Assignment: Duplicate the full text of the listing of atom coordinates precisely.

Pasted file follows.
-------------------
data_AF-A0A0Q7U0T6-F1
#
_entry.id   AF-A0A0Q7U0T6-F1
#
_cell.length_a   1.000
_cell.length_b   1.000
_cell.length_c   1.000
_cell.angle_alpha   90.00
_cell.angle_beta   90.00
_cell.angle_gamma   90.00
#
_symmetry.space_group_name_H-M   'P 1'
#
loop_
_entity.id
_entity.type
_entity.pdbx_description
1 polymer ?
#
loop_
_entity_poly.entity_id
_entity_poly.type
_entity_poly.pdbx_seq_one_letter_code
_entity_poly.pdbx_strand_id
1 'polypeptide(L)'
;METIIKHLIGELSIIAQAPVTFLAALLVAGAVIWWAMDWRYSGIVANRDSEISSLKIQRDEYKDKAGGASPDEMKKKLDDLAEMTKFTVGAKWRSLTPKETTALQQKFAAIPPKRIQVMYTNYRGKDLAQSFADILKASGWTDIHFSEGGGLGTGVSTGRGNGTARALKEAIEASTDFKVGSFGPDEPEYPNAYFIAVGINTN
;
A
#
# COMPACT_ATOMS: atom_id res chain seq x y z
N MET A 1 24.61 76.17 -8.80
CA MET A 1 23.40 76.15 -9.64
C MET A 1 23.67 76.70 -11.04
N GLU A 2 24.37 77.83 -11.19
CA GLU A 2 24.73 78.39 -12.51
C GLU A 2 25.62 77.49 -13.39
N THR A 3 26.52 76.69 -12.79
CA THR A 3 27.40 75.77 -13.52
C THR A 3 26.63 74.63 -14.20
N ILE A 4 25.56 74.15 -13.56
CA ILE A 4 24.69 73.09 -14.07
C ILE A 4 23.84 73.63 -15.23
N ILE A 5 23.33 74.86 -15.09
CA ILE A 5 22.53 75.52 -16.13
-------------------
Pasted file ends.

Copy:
data_AF-A0A0Q7U0T6-F1
#
_entry.id   AF-A0A0Q7U0T6-F1
#
_cell.length_a   1.000
_cell.length_b   1.000
_cell.length_c   1.000
_cell.angle_alpha   90.00
_cell.angle_beta   90.00
_cell.angle_gamma   90.00
#
_symmetry.space_group_name_H-M   'P 1'
#
loop_
_entity.id
_entity.type
_entity.pdbx_description
1 polymer ?
#
loop_
_entity_poly.entity_id
_entity_poly.type
_entity_poly.pdbx_seq_one_letter_code
_entity_poly.pdbx_strand_id
1 'polypeptide(L)'
;METIIKHLIGELSIIAQAPVTFLAALLVAGAVIWWAMDWRYSGIVANRDSEISSLKIQRDEYKDKAGGASPDEMKKKLDDLAEMTKFTVGAKWRSLTPKETTALQQKFAAIPPKRIQVMYTNYRGKDLAQSFADILKASGWTDIHFSEGGGLGTGVSTGRGNGTARALKEAIEASTDFKVGSFGPDEPEYPNAYFIAVGINTN
;
A
#
# COMPACT_ATOMS: atom_id res chain seq x y z
N MET A 1 24.61 76.17 -8.80
CA MET A 1 23.40 76.15 -9.64
C MET A 1 23.67 76.70 -11.04
N GLU A 2 24.37 77.83 -11.19
CA GLU A 2 24.73 78.39 -12.51
C GLU A 2 25.62 77.49 -13.39
N THR A 3 26.52 76.69 -12.79
CA THR A 3 27.40 75.77 -13.52
C THR A 3 26.63 74.63 -14.20
N ILE A 4 25.56 74.15 -13.56
CA ILE A 4 24.69 73.09 -14.07
C ILE A 4 23.84 73.63 -15.23
N ILE A 5 23.33 74.86 -15.09
CA ILE A 5 22.53 75.52 -16.13